Headaches, Private and Political | Pepe Egger
Headaches, Private and Political
Pepe Egger   
Headaches, Private and Political | Pepe EggerReview of 'Fix me', by Raed Andoni (2009)

The original title of Andoni's film in Arabic is suda', headache, an auto-biographical, unnerving, persistent, real headache, that prevents the director from making films, or writing them. There is little hope for a cure. And probably Andoni does not think, by making a film about his headache, that he can cure it, rather, his film is a desperate way to externalise it and share it, to break out of the prison of pain that a headache can become, (and maybe pass it on?) As might be the case with patients suffering from inexplicable headaches, the pain takes on qualities of a persona, and if the headache cannot be stopped, or cured, the sufferer might be tempted to try to at least get back at it; to retaliate, in some way. In this so personal and intimate space exists 'Fix me'.

Of course, we don't get a headache from watching; on the contrary, we are touched and intrigued, as we are introduced to the director's solitude, voluntary and involuntary, his family, his friends, comrades, or former comrades, his strangely inconclusive sessions with an analyst, in short, to scenes of Palestinian daily life at the beginning of the 21st century.

The same searching openness and inconclusiveness of the sessions between filmmaker-patient and his analyst, can be ascribed to the film, too. The editing, and the filming is done with the most subtle humour of an (apparently) humourless person, like a bitter joke told with a straight face. Of course, we don't expect the headache to develop into a plot; then it wouldn't be a headache anymore. Perhaps what it marks, and what is at the centre of it, is a lack of development, or arrested development due to the stagnating and arrested time, marked by a headache and marking a headache. All along the film, there is the temptation to turn the headache into a metaphor, or to ask what of this headache is a bigger, national Palestinian headache, or what is it about Palestine that gives headaches. The therapeutic sessions, twenty of which Andoni filmed in the most inobtrusive way, circumnavigate the question of how one, and in this case, the film maker, might fit in, might position himself, within this famliy, this society, this place.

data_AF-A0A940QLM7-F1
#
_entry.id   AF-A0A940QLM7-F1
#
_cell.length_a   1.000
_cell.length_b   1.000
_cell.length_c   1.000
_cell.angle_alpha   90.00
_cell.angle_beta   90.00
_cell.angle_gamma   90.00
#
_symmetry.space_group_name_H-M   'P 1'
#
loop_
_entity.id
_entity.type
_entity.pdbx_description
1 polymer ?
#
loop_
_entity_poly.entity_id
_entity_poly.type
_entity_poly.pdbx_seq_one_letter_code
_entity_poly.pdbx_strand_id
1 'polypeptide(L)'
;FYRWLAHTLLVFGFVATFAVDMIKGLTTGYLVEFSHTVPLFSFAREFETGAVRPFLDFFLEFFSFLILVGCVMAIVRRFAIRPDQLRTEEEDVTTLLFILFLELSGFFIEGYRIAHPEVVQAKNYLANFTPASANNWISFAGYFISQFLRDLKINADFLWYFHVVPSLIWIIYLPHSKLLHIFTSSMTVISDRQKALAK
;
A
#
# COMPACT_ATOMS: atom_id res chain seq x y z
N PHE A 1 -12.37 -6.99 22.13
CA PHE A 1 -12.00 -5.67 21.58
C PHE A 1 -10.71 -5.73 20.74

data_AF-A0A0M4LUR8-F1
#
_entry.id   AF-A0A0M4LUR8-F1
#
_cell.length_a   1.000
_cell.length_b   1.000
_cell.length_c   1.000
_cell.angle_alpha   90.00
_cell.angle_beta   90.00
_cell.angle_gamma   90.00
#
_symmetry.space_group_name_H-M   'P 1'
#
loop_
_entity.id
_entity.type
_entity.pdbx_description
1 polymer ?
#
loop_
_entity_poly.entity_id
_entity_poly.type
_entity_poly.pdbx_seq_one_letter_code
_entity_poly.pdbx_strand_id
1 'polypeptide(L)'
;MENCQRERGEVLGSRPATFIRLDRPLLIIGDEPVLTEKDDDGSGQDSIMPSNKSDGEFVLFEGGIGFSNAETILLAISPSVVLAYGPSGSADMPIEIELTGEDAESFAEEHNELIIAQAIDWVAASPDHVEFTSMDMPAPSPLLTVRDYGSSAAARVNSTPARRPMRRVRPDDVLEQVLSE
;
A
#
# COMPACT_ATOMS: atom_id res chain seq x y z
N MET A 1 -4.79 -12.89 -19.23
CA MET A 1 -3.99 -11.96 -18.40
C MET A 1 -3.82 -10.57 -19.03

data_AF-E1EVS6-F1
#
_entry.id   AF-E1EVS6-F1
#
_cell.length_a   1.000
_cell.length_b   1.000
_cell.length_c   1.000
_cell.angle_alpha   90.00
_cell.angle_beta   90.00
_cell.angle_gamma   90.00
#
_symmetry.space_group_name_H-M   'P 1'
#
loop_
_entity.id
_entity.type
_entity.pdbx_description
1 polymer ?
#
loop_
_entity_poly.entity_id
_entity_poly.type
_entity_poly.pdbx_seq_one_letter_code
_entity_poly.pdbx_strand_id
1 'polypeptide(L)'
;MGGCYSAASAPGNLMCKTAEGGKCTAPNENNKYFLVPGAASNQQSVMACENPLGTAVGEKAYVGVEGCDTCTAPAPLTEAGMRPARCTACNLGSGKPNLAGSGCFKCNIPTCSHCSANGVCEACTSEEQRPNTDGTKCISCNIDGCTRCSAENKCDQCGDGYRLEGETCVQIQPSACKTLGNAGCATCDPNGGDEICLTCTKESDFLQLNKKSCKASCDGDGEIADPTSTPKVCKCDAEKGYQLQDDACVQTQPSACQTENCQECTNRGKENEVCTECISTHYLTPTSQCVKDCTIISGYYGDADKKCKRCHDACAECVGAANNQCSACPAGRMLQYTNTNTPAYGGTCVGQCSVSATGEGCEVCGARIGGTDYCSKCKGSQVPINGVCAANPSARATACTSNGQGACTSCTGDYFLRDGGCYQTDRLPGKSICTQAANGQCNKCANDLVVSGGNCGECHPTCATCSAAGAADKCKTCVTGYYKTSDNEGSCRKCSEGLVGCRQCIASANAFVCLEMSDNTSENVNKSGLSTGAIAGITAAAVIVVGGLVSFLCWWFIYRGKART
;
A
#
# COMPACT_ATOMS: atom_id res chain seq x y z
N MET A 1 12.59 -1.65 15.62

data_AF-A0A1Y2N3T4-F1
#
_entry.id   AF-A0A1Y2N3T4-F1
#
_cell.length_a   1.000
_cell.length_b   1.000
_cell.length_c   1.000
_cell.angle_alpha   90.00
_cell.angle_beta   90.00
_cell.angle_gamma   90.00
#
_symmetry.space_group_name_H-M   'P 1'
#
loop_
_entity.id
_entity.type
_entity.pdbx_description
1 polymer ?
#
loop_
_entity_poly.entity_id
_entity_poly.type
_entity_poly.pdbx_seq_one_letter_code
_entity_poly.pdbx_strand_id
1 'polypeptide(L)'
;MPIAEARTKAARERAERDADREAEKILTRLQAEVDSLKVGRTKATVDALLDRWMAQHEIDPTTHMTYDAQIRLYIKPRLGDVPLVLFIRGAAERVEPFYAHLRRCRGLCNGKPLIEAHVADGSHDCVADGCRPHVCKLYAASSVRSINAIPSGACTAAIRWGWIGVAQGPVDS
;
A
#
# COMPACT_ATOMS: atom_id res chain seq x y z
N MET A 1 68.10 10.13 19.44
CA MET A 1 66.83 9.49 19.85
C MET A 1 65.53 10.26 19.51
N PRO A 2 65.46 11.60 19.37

What emerges in this way, indirectly and subtly, is an intriguing search for the 'now in the Palestinian history, and the Israeli occupation, that presumably creates this national headache, or at least provides the background for it, is the main, absent, character in the film. It causes the destruction of lives, the crushing political disillusionments and the time spent in prison, the waiting in the queues to pass checkpoints designed to waste time (millions of hours of collective Palestinian time wasted in a car queue at a checkpoint.) In one scene, through a demonstration against the wall in Bil'in, the occupation becomes most tanglible, shooting teear gas, while filmmaker's nephew's political engagement is examined, and the need not to let the occupation take hold - even through the resistance against it - of his whole life. Still, against this bitter background, there is beauty, and beautiful shots, but more than anything else, there are beautiful moments of human encounter, where a life, or the will to resists that makes life possible and gives it its form, is expressed in a smile and a question: 'Look at me, I am 50 years old, and spent my whole life between prison, Betlehem and Beit Sahour. I've never been further than Jericho. What do you think?' asks a friend. Thus Andoni's private headache, and his search for a personal position, are transcended, so that they reflect and show the social and the political around them, like the other side of a spoon.


Pepe Egger
(04/09/2011)

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